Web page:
The B52's (Warner Bros. ‘79) Rating: A-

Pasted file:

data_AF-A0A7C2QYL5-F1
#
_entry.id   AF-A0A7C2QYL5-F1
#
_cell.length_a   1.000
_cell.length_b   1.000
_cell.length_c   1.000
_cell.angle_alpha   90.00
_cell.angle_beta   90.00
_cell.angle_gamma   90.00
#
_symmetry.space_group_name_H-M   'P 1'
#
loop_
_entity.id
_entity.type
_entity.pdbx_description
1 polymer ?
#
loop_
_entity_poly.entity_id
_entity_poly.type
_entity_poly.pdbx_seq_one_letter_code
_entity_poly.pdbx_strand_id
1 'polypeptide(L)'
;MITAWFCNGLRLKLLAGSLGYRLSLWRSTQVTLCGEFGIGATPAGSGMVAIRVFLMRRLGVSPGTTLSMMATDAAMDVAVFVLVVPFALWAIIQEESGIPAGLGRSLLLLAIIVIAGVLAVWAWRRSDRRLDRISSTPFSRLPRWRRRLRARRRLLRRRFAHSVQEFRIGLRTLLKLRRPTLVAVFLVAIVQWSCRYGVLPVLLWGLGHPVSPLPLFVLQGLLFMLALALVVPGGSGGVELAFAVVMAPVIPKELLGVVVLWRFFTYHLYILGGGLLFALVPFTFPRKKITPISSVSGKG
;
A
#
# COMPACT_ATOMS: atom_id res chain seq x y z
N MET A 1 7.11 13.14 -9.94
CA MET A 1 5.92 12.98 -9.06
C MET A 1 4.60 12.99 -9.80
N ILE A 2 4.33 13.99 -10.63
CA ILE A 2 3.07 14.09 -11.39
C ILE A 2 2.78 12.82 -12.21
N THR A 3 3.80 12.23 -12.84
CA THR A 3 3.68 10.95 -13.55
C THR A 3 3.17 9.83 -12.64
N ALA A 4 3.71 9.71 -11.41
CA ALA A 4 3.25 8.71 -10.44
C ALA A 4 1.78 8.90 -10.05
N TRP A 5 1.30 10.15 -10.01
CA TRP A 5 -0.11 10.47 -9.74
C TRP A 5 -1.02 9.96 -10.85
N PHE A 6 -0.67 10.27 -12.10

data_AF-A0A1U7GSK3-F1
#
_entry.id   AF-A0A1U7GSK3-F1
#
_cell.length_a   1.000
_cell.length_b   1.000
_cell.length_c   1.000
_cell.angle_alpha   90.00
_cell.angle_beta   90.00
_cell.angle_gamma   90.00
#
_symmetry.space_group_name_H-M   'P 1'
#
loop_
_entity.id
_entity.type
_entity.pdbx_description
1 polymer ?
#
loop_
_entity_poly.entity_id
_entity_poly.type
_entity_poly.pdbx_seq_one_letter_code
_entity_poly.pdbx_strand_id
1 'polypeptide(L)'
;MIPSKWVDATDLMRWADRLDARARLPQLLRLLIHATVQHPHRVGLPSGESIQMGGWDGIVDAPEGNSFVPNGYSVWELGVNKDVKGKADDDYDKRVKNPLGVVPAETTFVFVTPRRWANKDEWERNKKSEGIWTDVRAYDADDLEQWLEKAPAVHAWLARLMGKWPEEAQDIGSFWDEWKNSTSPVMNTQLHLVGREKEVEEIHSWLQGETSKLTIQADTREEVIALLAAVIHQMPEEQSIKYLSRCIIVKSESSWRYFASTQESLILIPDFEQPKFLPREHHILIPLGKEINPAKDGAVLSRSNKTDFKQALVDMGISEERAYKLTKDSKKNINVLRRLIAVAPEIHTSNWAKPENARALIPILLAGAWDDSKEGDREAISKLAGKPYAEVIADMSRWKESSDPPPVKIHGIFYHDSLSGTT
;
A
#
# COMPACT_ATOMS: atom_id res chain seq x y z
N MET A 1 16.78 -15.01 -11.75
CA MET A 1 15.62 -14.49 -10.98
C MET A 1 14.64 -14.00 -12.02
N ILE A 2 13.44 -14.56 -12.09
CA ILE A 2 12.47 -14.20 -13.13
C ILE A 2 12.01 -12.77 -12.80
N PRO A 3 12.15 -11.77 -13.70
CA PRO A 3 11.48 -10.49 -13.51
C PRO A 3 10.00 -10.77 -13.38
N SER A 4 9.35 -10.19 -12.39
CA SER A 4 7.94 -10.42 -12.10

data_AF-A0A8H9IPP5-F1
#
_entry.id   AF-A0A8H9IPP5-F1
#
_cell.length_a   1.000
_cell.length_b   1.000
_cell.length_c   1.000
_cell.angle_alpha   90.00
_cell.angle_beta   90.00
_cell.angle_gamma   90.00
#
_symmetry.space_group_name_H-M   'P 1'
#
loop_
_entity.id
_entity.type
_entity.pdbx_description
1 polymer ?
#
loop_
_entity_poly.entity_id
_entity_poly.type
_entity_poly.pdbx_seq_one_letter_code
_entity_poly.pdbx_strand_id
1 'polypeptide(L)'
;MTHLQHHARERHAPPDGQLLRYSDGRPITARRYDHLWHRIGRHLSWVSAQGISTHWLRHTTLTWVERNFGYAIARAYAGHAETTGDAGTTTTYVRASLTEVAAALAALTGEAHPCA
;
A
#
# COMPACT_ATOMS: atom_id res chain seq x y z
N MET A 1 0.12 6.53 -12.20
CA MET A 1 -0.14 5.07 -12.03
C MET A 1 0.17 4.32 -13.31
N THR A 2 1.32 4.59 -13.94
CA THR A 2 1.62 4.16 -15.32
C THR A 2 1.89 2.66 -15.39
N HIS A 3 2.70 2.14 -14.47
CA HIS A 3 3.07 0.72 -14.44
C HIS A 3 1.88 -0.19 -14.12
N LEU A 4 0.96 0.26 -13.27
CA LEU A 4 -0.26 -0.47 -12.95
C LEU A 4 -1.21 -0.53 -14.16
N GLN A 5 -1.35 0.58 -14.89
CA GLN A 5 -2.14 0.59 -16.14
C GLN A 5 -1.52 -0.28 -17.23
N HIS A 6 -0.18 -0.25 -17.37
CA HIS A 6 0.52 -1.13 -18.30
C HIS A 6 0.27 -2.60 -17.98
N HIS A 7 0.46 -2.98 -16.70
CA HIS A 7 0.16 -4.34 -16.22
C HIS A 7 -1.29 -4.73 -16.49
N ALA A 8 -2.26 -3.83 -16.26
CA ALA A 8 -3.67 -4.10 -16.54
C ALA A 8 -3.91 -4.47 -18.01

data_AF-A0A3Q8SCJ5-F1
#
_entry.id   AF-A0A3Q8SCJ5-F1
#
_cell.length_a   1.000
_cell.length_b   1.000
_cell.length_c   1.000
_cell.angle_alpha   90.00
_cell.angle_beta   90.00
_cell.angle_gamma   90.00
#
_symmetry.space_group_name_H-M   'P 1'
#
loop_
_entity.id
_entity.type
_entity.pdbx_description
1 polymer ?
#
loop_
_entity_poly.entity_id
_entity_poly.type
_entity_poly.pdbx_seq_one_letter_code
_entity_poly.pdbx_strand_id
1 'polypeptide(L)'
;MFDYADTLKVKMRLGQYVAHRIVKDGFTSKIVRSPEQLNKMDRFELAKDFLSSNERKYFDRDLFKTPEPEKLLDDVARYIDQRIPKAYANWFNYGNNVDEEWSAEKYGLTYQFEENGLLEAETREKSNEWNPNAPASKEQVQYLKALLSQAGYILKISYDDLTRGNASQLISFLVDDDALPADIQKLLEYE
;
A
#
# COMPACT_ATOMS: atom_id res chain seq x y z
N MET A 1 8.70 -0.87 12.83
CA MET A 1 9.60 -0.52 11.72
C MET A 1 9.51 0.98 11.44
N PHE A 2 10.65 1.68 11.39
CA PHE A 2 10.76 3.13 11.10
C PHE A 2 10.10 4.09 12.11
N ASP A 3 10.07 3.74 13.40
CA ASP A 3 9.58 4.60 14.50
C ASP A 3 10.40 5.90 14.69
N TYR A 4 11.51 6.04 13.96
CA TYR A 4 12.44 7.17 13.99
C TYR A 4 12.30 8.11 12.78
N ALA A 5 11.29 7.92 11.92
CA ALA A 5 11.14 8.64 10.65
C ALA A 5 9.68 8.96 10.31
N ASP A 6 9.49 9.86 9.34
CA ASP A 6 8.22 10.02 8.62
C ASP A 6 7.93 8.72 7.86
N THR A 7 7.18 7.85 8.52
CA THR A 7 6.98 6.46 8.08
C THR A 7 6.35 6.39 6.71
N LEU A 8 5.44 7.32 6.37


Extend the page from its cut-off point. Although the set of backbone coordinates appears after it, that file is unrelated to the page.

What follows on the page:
One of the quintessential new wave bands, the B52's have surprisingly outlasted almost all of their contemporaries despite the loss of group leader Ricky Wilson to AIDS in 1985. Although they hit a commercial peak with the Don Was produced Cosmic Thing in 1989 (due primarily to the massive hit singles “Love Shack” and "Roam"), artistically and influence wise the band has never topped this debut album. Musically, their weird, sparse lo-fi sound was a wacky mix of Ricky Wilson’s surf guitar, Kate Pierson’s strange, otherworldly thrift shop organ sounds, and Keith Strickland’s catchy chugga chugga drumbeats. Vocally, the duo of Cindy Wilson (Ricky’s sister) and Pierson recalled classic girl group combos, except they sang loony lyrics and were joined by nerdy Fred Schneider’s barked observations about such unusual song topics as extraterrestrials (“Planet Claire”), rock lobsters (“Rock Lobster,” the album’s signature song, which is terrific fun if perhaps over-long), and dances such as the “Dirty Dog,” “Camel Walk,” and “Hip-o-crit” (on the great “Dance This Mess Around”). This was a campy, eccentric, and utterly fresh sounding first album that seemingly came from outer space, and even the less successful album tracks (all on side two) delivered groovy good time fun. The above-mentioned tracks are the highlights, but a case could also be made for "52 Girls," "Lava," and "6060-842," as the B52's earn their reputation as a “fun party band” throughout this inventive release. The B52's became instant underground favorites of dweebs across America who worshiped their look (the girls sported beehive hairdos) as well as their sound, which showed that with a little imagination you could make any strange mix work.